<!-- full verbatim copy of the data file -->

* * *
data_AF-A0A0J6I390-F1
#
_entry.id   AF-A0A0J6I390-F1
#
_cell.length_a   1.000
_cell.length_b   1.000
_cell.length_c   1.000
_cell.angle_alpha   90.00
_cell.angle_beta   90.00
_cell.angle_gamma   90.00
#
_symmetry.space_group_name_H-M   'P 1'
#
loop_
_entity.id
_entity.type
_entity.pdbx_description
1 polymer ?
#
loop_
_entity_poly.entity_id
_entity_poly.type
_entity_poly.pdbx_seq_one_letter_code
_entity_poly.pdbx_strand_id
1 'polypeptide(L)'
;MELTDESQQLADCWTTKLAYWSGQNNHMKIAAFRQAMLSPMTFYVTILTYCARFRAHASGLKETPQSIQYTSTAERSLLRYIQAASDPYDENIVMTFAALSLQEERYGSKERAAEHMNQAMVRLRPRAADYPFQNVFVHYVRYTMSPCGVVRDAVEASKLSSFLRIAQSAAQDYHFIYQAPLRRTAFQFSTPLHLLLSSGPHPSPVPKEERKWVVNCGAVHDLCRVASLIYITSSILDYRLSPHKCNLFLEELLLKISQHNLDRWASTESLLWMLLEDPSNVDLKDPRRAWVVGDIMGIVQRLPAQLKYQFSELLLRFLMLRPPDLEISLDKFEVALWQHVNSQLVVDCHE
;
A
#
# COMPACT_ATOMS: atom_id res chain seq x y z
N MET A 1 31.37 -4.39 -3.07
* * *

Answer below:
data_AF-A0A0J6I390-F1
#
_entry.id   AF-A0A0J6I390-F1
#
_cell.length_a   1.000
_cell.length_b   1.000
_cell.length_c   1.000
_cell.angle_alpha   90.00
_cell.angle_beta   90.00
_cell.angle_gamma   90.00
#
_symmetry.space_group_name_H-M   'P 1'
#
loop_
_entity.id
_entity.type
_entity.pdbx_description
1 polymer ?
#
loop_
_entity_poly.entity_id
_entity_poly.type
_entity_poly.pdbx_seq_one_letter_code
_entity_poly.pdbx_strand_id
1 'polypeptide(L)'
;MELTDESQQLADCWTTKLAYWSGQNNHMKIAAFRQAMLSPMTFYVTILTYCARFRAHASGLKETPQSIQYTSTAERSLLRYIQAASDPYDENIVMTFAALSLQEERYGSKERAAEHMNQAMVRLRPRAADYPFQNVFVHYVRYTMSPCGVVRDAVEASKLSSFLRIAQSAAQDYHFIYQAPLRRTAFQFSTPLHLLLSSGPHPSPVPKEERKWVVNCGAVHDLCRVASLIYITSSILDYRLSPHKCNLFLEELLLKISQHNLDRWASTESLLWMLLEDPSNVDLKDPRRAWVVGDIMGIVQRLPAQLKYQFSELLLRFLMLRPPDLEISLDKFEVALWQHVNSQLVVDCHE
;
A
#
# COMPACT_ATOMS: atom_id res chain seq x y z
N MET A 1 31.37 -4.39 -3.07